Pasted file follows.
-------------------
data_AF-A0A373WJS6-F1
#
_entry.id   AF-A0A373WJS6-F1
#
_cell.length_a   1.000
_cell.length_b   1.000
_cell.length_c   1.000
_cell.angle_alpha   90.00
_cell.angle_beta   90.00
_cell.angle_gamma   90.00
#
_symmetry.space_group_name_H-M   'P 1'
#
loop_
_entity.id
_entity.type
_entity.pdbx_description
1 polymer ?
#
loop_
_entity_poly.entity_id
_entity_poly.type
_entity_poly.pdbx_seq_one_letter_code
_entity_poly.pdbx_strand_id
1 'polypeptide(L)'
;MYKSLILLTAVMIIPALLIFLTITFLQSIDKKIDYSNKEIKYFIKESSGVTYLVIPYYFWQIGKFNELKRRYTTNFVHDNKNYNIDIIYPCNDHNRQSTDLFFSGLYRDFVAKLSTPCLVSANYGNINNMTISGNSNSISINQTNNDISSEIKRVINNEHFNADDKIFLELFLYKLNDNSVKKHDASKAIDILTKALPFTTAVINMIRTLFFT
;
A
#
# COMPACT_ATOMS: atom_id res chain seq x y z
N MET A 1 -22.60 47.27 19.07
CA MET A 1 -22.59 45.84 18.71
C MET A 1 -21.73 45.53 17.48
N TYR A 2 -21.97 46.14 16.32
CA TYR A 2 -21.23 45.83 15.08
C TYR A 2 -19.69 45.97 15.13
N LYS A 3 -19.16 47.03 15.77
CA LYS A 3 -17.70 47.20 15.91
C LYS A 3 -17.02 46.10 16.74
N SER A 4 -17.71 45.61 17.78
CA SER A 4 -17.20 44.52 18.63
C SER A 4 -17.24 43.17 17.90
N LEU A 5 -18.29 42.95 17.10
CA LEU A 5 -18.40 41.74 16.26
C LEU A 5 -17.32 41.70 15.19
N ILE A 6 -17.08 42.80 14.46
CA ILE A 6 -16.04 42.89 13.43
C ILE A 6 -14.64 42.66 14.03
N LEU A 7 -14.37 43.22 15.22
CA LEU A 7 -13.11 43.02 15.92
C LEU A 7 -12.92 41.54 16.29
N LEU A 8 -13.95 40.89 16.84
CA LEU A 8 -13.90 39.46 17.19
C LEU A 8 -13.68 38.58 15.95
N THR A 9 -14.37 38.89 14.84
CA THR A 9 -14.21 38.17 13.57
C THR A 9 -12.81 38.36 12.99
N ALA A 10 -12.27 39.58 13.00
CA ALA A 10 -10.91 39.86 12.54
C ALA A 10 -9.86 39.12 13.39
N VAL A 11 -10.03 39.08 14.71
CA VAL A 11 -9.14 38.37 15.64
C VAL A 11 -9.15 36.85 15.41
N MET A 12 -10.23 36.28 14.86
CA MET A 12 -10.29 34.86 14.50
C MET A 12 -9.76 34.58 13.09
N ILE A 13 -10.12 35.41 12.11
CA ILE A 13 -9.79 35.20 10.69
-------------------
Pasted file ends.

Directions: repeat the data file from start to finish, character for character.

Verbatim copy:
data_AF-A0A373WJS6-F1
#
_entry.id   AF-A0A373WJS6-F1
#
_cell.length_a   1.000
_cell.length_b   1.000
_cell.length_c   1.000
_cell.angle_alpha   90.00
_cell.angle_beta   90.00
_cell.angle_gamma   90.00
#
_symmetry.space_group_name_H-M   'P 1'
#
loop_
_entity.id
_entity.type
_entity.pdbx_description
1 polymer ?
#
loop_
_entity_poly.entity_id
_entity_poly.type
_entity_poly.pdbx_seq_one_letter_code
_entity_poly.pdbx_strand_id
1 'polypeptide(L)'
;MYKSLILLTAVMIIPALLIFLTITFLQSIDKKIDYSNKEIKYFIKESSGVTYLVIPYYFWQIGKFNELKRRYTTNFVHDNKNYNIDIIYPCNDHNRQSTDLFFSGLYRDFVAKLSTPCLVSANYGNINNMTISGNSNSISINQTNNDISSEIKRVINNEHFNADDKIFLELFLYKLNDNSVKKHDASKAIDILTKALPFTTAVINMIRTLFFT
;
A
#
# COMPACT_ATOMS: atom_id res chain seq x y z
N MET A 1 -22.60 47.27 19.07
CA MET A 1 -22.59 45.84 18.71
C MET A 1 -21.73 45.53 17.48
N TYR A 2 -21.97 46.14 16.32
CA TYR A 2 -21.23 45.83 15.08
C TYR A 2 -19.69 45.97 15.13
N LYS A 3 -19.16 47.03 15.77
CA LYS A 3 -17.70 47.20 15.91
C LYS A 3 -17.02 46.10 16.74
N SER A 4 -17.71 45.61 17.78
CA SER A 4 -17.20 44.52 18.63
C SER A 4 -17.24 43.17 17.90
N LEU A 5 -18.29 42.95 17.10
CA LEU A 5 -18.40 41.74 16.26
C LEU A 5 -17.32 41.70 15.19
N ILE A 6 -17.08 42.80 14.46
CA ILE A 6 -16.04 42.89 13.43
C ILE A 6 -14.64 42.66 14.03
N LEU A 7 -14.37 43.22 15.22
CA LEU A 7 -13.11 43.02 15.92
C LEU A 7 -12.92 41.54 16.29
N LEU A 8 -13.95 40.89 16.84
CA LEU A 8 -13.90 39.46 17.19
C LEU A 8 -13.68 38.58 15.95
N THR A 9 -14.37 38.89 14.84
CA THR A 9 -14.21 38.17 13.57
C THR A 9 -12.81 38.36 12.99
N ALA A 10 -12.27 39.58 13.00
CA ALA A 10 -10.91 39.86 12.54
C ALA A 10 -9.86 39.12 13.39
N VAL A 11 -10.03 39.08 14.71
CA VAL A 11 -9.14 38.37 15.64
C VAL A 11 -9.15 36.85 15.41
N MET A 12 -10.23 36.28 14.86
CA MET A 12 -10.29 34.86 14.50
C MET A 12 -9.76 34.58 13.09
N ILE A 13 -10.12 35.41 12.11
CA ILE A 13 -9.79 35.20 10.69